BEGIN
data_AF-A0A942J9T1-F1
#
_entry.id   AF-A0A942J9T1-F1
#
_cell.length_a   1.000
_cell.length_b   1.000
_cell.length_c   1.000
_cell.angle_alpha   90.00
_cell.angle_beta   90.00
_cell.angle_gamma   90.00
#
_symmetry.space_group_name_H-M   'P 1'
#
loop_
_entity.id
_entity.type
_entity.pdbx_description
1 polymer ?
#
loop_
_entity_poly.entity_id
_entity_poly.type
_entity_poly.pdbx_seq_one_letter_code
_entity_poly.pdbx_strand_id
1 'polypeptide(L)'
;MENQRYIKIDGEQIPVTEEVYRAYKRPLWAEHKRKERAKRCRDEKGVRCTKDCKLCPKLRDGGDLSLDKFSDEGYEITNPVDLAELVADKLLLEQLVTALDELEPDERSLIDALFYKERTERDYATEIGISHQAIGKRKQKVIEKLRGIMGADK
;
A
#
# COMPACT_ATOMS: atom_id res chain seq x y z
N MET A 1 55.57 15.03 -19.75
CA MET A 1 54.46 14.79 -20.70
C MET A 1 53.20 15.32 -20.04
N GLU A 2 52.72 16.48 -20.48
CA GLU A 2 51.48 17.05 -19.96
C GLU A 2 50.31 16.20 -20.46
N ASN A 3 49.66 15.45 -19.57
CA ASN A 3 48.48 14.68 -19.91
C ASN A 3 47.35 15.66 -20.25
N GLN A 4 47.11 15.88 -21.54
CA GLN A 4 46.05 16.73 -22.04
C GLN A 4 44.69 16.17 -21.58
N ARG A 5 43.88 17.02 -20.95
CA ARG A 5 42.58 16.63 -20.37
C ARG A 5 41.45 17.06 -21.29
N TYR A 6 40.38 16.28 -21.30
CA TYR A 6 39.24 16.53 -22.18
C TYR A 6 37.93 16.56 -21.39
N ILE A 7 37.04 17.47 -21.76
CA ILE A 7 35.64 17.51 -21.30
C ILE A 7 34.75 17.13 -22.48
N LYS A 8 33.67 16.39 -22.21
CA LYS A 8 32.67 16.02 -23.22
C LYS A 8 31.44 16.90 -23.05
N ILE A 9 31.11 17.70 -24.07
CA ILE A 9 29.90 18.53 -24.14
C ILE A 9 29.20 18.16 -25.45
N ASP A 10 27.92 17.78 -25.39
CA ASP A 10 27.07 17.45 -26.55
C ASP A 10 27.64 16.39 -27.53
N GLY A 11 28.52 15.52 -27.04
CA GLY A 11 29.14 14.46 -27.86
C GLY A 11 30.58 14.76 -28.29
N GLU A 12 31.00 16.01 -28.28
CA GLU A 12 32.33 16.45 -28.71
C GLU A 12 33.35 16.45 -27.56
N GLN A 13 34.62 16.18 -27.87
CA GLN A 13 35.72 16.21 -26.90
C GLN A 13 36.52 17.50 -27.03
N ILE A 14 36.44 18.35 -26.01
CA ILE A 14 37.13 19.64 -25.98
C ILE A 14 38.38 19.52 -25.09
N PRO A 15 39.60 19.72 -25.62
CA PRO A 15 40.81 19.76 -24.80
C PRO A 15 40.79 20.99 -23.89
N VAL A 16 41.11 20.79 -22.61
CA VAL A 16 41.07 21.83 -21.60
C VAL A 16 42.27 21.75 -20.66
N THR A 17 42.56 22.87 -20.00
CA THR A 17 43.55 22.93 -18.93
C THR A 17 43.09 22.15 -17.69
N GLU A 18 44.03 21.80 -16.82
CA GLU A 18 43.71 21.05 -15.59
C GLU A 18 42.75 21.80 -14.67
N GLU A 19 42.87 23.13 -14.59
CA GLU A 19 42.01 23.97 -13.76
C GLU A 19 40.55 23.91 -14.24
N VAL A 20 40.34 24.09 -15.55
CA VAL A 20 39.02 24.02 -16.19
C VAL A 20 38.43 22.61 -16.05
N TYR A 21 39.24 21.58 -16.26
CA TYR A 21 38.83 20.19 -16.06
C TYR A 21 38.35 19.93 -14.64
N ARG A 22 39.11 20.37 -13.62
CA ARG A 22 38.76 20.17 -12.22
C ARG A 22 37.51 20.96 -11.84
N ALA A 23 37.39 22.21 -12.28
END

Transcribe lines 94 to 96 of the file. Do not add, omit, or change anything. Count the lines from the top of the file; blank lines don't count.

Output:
N ARG A 22 39.11 20.37 -13.62
CA ARG A 22 38.76 20.17 -12.22
C ARG A 22 37.51 20.96 -11.84